Trump contends that her primary home is in North Carolina; she says the apartment has always been her home. The case will be decided in the courts, but one wonders why Donald, with assets maybe as high as $3 billion, engages in such petty pursuits. Is it because he can’t stand losing, no matter how small the issue? Or is it because he thinks we are so blinded by the rays from his piles of gold that we simply won’t see the seamy side of his activities? Given the state of national manners and our worship of profit and those who amass it, maybe he’s right. The cover stories that lionize him would suggest this.

My guess, however, is that Donald Trump’s almost desperate search for public approval will have no lasting result until he actually does something of social value. People may envy a Midas, or even someone who has built a Midas image through hype, but envy does not necessarily carry respect or liking with it.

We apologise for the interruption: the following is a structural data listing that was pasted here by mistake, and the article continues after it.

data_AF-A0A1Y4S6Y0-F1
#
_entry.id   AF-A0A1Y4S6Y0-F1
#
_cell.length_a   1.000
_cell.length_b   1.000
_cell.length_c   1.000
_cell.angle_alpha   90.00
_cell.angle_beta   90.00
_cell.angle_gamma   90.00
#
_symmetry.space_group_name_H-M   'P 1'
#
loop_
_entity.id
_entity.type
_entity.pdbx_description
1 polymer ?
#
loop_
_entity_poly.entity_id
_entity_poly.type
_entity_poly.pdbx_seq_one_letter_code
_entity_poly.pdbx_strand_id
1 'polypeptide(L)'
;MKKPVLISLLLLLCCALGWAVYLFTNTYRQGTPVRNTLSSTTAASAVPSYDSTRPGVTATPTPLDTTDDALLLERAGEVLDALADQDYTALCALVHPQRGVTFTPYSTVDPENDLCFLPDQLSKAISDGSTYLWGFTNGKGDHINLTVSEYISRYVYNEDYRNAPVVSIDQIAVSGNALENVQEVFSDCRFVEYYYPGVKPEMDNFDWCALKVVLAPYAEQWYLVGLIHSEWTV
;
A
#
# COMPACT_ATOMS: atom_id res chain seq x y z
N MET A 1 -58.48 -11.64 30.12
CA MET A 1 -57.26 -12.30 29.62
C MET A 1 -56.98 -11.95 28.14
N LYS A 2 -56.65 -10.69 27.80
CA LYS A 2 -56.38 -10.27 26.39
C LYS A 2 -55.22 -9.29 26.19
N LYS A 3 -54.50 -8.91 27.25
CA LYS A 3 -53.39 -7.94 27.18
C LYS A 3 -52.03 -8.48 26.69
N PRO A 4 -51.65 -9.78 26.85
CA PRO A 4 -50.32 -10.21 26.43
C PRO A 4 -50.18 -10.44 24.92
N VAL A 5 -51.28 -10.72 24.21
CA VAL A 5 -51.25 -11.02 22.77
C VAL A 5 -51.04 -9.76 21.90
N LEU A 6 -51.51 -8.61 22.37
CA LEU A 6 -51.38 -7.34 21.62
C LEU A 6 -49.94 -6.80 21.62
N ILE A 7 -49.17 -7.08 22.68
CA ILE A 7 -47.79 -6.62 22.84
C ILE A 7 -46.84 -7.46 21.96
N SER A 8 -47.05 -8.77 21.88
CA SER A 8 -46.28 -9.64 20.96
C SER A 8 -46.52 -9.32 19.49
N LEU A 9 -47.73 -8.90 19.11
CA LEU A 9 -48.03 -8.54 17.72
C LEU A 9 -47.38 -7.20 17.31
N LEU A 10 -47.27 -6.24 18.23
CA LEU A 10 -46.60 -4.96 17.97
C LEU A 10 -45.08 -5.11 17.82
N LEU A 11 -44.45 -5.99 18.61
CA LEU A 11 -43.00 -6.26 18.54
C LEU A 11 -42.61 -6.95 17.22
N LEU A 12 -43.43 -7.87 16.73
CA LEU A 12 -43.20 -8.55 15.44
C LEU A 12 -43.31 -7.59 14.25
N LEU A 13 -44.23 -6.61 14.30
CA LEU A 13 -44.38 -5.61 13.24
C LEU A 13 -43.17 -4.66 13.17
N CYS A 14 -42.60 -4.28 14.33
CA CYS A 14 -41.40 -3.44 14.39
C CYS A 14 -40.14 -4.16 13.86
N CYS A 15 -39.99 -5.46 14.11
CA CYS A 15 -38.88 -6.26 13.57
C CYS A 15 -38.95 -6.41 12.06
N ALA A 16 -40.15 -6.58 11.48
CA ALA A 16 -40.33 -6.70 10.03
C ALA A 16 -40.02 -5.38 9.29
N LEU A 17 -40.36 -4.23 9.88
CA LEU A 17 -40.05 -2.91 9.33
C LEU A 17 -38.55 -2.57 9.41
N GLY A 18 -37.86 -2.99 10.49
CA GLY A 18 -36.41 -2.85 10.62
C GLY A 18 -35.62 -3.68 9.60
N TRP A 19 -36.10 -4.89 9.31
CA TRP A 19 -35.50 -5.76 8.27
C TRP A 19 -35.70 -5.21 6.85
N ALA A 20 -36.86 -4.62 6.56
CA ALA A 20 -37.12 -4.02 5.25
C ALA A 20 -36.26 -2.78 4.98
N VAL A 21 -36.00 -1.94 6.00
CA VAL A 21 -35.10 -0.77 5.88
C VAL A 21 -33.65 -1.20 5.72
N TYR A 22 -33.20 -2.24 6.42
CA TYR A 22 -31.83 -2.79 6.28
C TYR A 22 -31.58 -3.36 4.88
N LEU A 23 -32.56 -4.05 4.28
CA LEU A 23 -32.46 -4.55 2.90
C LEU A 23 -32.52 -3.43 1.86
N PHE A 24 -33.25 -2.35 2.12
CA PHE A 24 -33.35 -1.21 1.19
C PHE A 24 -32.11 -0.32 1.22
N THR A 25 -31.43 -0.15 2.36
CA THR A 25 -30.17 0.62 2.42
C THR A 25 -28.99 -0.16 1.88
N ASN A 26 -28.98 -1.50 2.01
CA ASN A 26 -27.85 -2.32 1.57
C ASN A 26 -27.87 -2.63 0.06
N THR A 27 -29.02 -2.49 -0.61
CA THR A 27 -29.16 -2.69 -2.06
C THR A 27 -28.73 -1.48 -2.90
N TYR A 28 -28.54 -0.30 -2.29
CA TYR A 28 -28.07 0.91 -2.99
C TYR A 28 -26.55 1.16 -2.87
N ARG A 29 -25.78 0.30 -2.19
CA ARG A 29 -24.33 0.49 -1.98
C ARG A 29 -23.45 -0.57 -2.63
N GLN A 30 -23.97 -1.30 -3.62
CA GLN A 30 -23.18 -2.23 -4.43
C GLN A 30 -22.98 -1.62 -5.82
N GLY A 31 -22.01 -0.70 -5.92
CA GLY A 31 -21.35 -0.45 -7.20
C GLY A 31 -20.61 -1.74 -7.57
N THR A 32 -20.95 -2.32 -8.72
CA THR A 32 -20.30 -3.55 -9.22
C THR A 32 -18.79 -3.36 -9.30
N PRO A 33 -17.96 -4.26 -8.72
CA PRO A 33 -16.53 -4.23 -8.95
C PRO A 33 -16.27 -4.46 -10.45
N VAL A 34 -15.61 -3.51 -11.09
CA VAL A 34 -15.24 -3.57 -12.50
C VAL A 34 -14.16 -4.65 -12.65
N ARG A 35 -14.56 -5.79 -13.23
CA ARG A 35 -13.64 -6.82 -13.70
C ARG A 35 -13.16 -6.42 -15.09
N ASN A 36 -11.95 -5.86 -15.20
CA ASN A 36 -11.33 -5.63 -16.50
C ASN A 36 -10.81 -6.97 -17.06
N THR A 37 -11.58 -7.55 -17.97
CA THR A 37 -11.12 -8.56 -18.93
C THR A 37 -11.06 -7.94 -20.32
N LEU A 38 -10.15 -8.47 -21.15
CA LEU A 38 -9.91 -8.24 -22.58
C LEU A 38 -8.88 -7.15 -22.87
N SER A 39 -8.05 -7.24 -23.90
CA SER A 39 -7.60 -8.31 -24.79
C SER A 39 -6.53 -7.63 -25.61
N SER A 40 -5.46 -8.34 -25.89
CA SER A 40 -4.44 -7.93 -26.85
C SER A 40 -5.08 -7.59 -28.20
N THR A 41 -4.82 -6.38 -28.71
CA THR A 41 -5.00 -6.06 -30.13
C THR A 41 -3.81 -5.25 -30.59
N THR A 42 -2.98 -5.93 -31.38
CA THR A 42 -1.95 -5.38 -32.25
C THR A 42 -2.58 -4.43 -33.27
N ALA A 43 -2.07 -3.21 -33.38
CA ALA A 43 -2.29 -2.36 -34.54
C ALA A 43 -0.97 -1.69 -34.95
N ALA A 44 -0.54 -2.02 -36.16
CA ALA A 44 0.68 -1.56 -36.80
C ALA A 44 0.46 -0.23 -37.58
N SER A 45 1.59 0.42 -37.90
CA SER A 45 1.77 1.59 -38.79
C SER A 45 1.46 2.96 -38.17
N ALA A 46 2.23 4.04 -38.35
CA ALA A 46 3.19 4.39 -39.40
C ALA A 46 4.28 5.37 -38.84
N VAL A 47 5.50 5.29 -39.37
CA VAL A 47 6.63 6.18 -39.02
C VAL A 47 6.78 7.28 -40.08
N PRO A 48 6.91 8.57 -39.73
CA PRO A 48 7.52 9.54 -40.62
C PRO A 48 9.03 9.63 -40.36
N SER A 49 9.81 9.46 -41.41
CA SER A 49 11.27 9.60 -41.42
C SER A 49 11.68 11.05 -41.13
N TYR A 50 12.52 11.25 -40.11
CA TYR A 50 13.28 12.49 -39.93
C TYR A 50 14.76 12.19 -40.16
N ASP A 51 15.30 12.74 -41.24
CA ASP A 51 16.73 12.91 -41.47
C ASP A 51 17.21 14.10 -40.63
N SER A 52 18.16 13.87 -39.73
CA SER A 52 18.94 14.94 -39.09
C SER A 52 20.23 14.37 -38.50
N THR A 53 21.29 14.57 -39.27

Donald has passed up all sorts of opportunities to win the respect of New Yorkers. For example, he expresses constant distress about the homeless problem, but makes no move to build housing for the homeless, or even low-income housing. 

But he has not run out of chances to be remembered positively forever. Right now, on the largest undeveloped tract in Manhattan, a 76-acre stretch along the Hudson River on the Upper West Side, he wants to erect the world’s tallest building at 150 stories, plus 11 other skyscrapers, plus a hotel and a giant shopping mall. The project — with the thousands of people and vehicles it would draw — would quite simply drown the surrounding community.

Donald Trump, with all his winnings, could donate the land to the city as a great park. It could be an extension of historic and important Riverside Park. New York hasn’t seen a gift like this in ages. A grateful city might even name it Trump Park.